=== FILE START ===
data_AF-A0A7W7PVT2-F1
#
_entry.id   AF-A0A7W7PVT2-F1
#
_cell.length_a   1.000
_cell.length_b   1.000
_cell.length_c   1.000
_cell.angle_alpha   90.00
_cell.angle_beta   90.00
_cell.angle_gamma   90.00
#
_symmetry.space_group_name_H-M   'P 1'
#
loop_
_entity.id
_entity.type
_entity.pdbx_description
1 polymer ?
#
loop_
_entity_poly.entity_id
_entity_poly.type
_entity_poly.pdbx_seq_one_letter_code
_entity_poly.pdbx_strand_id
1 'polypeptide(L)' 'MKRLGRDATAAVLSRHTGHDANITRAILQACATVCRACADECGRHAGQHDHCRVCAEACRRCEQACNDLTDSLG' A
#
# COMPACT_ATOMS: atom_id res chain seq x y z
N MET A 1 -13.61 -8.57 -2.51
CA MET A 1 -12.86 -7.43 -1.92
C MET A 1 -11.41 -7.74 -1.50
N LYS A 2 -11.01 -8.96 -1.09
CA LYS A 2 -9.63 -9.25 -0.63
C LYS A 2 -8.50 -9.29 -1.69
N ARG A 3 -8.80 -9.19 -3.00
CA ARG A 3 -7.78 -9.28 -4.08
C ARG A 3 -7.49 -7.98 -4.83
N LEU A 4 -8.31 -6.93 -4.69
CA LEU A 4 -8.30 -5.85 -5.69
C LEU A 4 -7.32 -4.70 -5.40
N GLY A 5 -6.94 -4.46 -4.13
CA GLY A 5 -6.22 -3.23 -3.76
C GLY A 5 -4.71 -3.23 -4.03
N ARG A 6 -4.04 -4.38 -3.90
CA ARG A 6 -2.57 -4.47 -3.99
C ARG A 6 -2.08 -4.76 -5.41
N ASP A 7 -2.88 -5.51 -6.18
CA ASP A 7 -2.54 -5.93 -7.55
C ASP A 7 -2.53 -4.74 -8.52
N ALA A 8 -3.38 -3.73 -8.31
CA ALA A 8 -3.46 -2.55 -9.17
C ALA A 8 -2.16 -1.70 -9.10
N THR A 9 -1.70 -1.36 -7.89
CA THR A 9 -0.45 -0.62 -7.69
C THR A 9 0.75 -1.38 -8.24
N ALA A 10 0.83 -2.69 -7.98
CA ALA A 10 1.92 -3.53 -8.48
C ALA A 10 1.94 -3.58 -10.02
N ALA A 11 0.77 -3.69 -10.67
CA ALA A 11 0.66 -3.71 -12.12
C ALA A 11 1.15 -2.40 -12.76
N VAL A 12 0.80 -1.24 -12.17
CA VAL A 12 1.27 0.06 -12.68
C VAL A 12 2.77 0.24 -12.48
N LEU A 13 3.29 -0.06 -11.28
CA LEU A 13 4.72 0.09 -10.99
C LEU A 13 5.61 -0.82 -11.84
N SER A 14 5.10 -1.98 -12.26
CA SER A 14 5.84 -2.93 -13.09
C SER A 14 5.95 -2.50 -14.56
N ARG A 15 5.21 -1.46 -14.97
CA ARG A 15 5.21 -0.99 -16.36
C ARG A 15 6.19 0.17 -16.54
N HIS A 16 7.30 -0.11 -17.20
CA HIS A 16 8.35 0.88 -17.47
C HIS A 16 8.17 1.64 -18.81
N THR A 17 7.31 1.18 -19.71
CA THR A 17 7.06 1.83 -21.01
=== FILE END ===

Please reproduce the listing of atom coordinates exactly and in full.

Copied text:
data_AF-A0A7W7PVT2-F1
#
_entry.id   AF-A0A7W7PVT2-F1
#
_cell.length_a   1.000
_cell.length_b   1.000
_cell.length_c   1.000
_cell.angle_alpha   90.00
_cell.angle_beta   90.00
_cell.angle_gamma   90.00
#
_symmetry.space_group_name_H-M   'P 1'
#
loop_
_entity.id
_entity.type
_entity.pdbx_description
1 polymer ?
#
loop_
_entity_poly.entity_id
_entity_poly.type
_entity_poly.pdbx_seq_one_letter_code
_entity_poly.pdbx_strand_id
1 'polypeptide(L)' 'MKRLGRDATAAVLSRHTGHDANITRAILQACATVCRACADECGRHAGQHDHCRVCAEACRRCEQACNDLTDSLG' A
#
# COMPACT_ATOMS: atom_id res chain seq x y z
N MET A 1 -13.61 -8.57 -2.51
CA MET A 1 -12.86 -7.43 -1.92
C MET A 1 -11.41 -7.74 -1.50
N LYS A 2 -11.01 -8.96 -1.09
CA LYS A 2 -9.63 -9.25 -0.63
C LYS A 2 -8.50 -9.29 -1.69
N ARG A 3 -8.80 -9.19 -3.00
CA ARG A 3 -7.78 -9.28 -4.08
C ARG A 3 -7.49 -7.98 -4.83
N LEU A 4 -8.31 -6.93 -4.69
CA LEU A 4 -8.30 -5.85 -5.69
C LEU A 4 -7.32 -4.70 -5.40
N GLY A 5 -6.94 -4.46 -4.13
CA GLY A 5 -6.22 -3.23 -3.76
C GLY A 5 -4.71 -3.23 -4.03
N ARG A 6 -4.04 -4.38 -3.90
CA ARG A 6 -2.57 -4.47 -3.99
C ARG A 6 -2.08 -4.76 -5.41
N ASP A 7 -2.88 -5.51 -6.18
CA ASP A 7 -2.54 -5.93 -7.55
C ASP A 7 -2.53 -4.74 -8.52
N ALA A 8 -3.38 -3.73 -8.31
CA ALA A 8 -3.46 -2.55 -9.17
C ALA A 8 -2.16 -1.70 -9.10
N THR A 9 -1.70 -1.36 -7.89
CA THR A 9 -0.45 -0.62 -7.69
C THR A 9 0.75 -1.38 -8.24
N ALA A 10 0.83 -2.69 -7.98
CA ALA A 10 1.92 -3.53 -8.48
C ALA A 10 1.94 -3.58 -10.02
N ALA A 11 0.77 -3.69 -10.67
CA ALA A 11 0.66 -3.71 -12.12
C ALA A 11 1.15 -2.40 -12.76
N VAL A 12 0.80 -1.24 -12.17
CA VAL A 12 1.27 0.06 -12.68
C VAL A 12 2.77 0.24 -12.48
N LEU A 13 3.29 -0.06 -11.28
CA LEU A 13 4.72 0.09 -10.99
C LEU A 13 5.61 -0.82 -11.84
N SER A 14 5.10 -1.98 -12.26
CA SER A 14 5.84 -2.93 -13.09
C SER A 14 5.95 -2.50 -14.56
N ARG A 15 5.21 -1.46 -14.97
CA ARG A 15 5.21 -0.99 -16.36
C ARG A 15 6.19 0.17 -16.54
N HIS A 16 7.30 -0.11 -17.20
CA HIS A 16 8.35 0.88 -17.47
C HIS A 16 8.17 1.64 -18.81
N THR A 17 7.31 1.18 -19.71
CA THR A 17 7.06 1.83 -21.01